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Getting the code size of a function in C

 
 
Tosca Berisha
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      11-01-2005, 04:26 PM
I need to determine the size of a function or module since I need to
temporary relocate the function or module from flash into sram for
firmware updates.

How can I find that out during runtime. The
sizeof( myfunction)
generates an error saying "size of function unknown".

Thanks.
 
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Grant Edwards
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      11-01-2005, 04:30 PM
On 2005-11-01, Tosca Berisha <(E-Mail Removed)> wrote:

> I need to determine the size of a function or module since I
> need to temporary relocate the function or module from flash
> into sram for firmware updates.
>
> How can I find that out during runtime.


You'll need to do something in your linker script to create
global symbols before and after the function. In your C code,
you should then be able to take the address of those global
symboals and do some math to determine the size.

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Arie de Muynck
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      11-01-2005, 05:20 PM
"Grant Edwards" ...
> On 2005-11-01, Tosca Berisha <(E-Mail Removed)> wrote:
>
> > I need to determine the size of a function or module since I
> > need to temporary relocate the function or module from flash
> > into sram for firmware updates.
> >
> > How can I find that out during runtime.

>
> You'll need to do something in your linker script to create
> global symbols before and after the function. In your C code,
> you should then be able to take the address of those global
> symboals and do some math to determine the size.


I've often seen compiler generated (optimized) code that jumps to common
sections of code, shared between functions. Labels around a function won't
help you when that happens.
Also, don't expect multiple functions in a module to stay in the same
sequence as they were in the source file, not even with all optimisation
off.

You could put the function as the only function in a **module** (a single
source file), which is also the only way I know with a (GNU) linker script
to put labels before and after it.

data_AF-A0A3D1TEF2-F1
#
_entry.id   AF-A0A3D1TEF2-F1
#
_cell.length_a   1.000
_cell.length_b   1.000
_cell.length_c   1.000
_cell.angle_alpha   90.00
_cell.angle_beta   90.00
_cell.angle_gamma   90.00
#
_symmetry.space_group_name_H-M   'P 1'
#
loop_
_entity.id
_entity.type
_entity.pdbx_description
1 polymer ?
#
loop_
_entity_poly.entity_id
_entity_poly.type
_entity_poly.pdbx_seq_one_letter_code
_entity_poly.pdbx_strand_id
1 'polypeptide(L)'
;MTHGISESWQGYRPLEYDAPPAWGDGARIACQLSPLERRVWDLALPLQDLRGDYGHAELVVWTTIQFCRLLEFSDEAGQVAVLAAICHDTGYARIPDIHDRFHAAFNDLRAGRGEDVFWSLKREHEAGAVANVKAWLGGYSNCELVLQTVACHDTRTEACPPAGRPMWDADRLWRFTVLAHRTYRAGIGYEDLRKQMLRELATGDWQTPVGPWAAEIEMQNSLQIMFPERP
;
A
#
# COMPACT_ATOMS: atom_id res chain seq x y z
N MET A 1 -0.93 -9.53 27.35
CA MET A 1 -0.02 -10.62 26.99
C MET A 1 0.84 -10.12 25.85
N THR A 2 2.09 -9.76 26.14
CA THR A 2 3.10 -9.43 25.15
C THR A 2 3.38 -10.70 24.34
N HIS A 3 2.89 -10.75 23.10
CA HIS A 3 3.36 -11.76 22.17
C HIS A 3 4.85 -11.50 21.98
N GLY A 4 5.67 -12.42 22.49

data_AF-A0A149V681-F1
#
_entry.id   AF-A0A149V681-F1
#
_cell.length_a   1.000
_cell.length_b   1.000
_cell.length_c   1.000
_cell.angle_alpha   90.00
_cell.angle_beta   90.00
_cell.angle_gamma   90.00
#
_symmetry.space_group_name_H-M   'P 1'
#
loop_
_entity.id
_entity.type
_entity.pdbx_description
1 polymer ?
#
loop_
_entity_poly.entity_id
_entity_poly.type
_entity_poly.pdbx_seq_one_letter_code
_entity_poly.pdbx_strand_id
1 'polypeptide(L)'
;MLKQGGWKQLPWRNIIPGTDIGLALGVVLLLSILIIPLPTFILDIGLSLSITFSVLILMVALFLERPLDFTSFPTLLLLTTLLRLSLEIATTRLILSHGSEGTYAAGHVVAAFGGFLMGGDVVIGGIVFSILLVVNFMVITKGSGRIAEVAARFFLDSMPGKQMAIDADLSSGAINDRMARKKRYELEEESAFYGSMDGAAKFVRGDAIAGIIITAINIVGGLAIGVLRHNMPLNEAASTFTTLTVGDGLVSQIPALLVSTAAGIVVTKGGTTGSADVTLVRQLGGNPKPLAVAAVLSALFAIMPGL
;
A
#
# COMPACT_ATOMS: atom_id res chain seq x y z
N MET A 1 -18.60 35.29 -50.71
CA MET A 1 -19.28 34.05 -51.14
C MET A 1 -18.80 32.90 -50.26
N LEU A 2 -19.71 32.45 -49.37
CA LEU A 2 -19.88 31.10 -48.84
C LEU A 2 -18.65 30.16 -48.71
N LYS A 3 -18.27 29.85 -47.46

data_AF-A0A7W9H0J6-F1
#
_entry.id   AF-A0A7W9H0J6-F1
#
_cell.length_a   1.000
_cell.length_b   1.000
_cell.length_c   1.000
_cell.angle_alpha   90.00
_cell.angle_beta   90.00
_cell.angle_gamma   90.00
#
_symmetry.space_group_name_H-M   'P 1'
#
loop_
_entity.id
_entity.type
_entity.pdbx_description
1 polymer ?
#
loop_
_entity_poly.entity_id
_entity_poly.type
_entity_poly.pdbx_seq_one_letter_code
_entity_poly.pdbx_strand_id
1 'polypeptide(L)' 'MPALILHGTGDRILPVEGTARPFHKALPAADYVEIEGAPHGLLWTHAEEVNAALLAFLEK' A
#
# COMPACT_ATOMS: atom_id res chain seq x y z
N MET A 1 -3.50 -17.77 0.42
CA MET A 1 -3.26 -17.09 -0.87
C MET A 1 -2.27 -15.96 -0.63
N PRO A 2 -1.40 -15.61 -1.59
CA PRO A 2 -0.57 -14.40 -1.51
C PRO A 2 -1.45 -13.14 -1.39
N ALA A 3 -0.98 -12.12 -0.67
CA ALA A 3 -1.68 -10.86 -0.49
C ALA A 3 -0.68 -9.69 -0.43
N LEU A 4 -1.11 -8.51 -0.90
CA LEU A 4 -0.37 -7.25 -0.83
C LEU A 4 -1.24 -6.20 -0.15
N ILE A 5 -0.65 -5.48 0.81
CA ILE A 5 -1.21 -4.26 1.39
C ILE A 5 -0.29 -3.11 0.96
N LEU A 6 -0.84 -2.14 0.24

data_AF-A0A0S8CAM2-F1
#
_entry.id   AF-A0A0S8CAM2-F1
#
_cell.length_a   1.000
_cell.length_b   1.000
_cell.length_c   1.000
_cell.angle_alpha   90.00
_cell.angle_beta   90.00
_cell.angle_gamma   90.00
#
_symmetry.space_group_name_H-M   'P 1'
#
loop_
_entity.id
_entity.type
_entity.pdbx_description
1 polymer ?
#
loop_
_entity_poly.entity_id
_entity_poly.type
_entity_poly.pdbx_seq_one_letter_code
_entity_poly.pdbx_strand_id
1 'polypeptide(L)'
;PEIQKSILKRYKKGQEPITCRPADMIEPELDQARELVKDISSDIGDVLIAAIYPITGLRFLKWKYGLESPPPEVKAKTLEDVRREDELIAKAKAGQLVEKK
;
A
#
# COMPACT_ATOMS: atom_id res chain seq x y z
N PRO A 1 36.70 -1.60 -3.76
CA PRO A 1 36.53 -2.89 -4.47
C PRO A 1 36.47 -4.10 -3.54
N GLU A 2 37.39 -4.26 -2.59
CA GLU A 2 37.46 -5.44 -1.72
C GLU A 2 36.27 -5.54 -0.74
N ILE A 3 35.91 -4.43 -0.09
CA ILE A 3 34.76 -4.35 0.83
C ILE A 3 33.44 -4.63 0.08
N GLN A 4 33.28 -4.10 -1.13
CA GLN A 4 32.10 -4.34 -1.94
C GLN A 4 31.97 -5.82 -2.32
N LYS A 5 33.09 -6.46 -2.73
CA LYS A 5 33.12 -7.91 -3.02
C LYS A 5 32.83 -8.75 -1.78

Regards,
Arie de Muynck




 
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Grant Edwards
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      11-01-2005, 05:51 PM
On 2005-11-01, Arie de Muynck <(E-Mail Removed)> wrote:

> I've often seen compiler generated (optimized) code that jumps
> to common sections of code, shared between functions. Labels
> around a function won't help you when that happens.


Such labels will allow him to determine the size of a function
(which is what he asked for). I didn't guarantee that answering
his question would solve his problem.

> Also, don't expect multiple functions in a module to stay in
> the same sequence as they were in the source file, not even
> with all optimisation off.


Ordering is probably not guaranteed, but I've never seen it
change.

> You could put the function as the only function in a
> **module** (a single source file), which is also the only way
> I know with a (GNU) linker script to put labels before and
> after it.


If you're using GCC, the easiest thing to do is to put the
function in question in its own section using
__attribute__((section "whatever")). Then you can put labels
at the start and end of section "whatever". Or you can define
a global symbol having the value of the size of the section
(which even more directly answers the original question).

Of course you could also put all functions in individual
sections using -ffunction-sections.

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Tosca Berisha
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      11-01-2005, 06:00 PM
Arie de Muynck wrote:
> "Grant Edwards" ...
>
>>On 2005-11-01, Tosca Berisha <(E-Mail Removed)> wrote:
>>
>>
>>>I need to determine the size of a function or module since I
>>>need to temporary relocate the function or module from flash
>>>into sram for firmware updates.
>>>
>>>How can I find that out during runtime.

>>
>>You'll need to do something in your linker script to create
>>global symbols before and after the function. In your C code,
>>you should then be able to take the address of those global
>>symboals and do some math to determine the size.

>
>
> I've often seen compiler generated (optimized) code that jumps to common
> sections of code, shared between functions. Labels around a function won't
> help you when that happens.
> Also, don't expect multiple functions in a module to stay in the same
> sequence as they were in the source file, not even with all optimisation
> off.
>
> You could put the function as the only function in a **module** (a single
> source file), which is also the only way I know with a (GNU) linker script
> to put labels before and after it.
>
> Regards,
> Arie de Muynck
>


So then the only proper way would be to access the symbol table and see
whats the next entry after my function and get the difference between
the two.

Is there a standard way of accessing the symbol table?

For now (after reading Grants answer, thank you) I created a dummy
function after the needed function, and I am getting the size by
subtracting the pointers to those functions to get the size. This linker
I am using seems to keep the functions in the same order as written in
the .c file.


But I don't like relying on this solution, so I still seek for an
alternative.

Thanks Arie,
Tosca
 
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Tauno Voipio
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      11-01-2005, 06:17 PM
Tosca Berisha wrote:
> I need to determine the size of a function or module since I need to
> temporary relocate the function or module from flash into sram for